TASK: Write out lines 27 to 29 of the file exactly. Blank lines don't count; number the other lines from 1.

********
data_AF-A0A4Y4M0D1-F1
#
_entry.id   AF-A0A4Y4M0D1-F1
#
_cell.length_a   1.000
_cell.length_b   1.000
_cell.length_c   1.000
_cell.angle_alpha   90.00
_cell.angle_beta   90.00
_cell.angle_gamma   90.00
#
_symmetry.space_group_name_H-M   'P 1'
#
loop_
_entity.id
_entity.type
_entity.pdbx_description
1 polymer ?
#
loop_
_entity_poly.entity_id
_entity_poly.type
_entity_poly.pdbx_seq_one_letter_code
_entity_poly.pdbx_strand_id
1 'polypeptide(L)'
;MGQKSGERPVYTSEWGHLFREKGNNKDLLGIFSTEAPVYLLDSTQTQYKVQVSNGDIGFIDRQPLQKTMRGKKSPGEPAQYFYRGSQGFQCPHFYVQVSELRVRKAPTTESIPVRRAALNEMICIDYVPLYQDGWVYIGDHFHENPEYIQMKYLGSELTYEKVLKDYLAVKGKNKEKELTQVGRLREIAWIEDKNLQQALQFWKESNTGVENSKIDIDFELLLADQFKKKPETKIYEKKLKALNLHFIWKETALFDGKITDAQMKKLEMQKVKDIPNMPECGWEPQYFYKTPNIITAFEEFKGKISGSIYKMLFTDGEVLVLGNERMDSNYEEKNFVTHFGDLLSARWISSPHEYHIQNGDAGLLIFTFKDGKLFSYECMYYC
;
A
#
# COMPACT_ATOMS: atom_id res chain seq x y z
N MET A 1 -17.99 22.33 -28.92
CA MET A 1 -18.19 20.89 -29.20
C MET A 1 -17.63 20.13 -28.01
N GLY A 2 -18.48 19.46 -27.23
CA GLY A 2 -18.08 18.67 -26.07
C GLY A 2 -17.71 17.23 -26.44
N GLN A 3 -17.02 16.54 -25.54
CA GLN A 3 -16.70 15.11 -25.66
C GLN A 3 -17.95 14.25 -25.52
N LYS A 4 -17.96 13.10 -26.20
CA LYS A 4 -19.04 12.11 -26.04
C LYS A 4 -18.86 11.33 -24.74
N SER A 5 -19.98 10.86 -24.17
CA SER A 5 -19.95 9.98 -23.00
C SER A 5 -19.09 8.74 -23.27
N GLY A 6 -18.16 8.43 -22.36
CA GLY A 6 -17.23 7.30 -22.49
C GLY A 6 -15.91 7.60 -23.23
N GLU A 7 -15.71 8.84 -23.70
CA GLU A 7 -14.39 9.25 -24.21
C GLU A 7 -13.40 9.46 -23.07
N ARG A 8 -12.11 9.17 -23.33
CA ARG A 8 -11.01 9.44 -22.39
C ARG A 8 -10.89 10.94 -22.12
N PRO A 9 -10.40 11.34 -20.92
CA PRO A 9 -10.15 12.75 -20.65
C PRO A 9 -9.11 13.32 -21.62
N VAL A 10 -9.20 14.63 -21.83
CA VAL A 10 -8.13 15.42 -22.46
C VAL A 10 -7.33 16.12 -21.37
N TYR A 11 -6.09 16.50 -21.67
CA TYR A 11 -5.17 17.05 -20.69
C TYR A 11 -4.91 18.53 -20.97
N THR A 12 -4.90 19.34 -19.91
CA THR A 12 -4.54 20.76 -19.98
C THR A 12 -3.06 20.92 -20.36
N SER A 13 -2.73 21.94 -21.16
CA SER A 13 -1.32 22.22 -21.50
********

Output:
;
A
#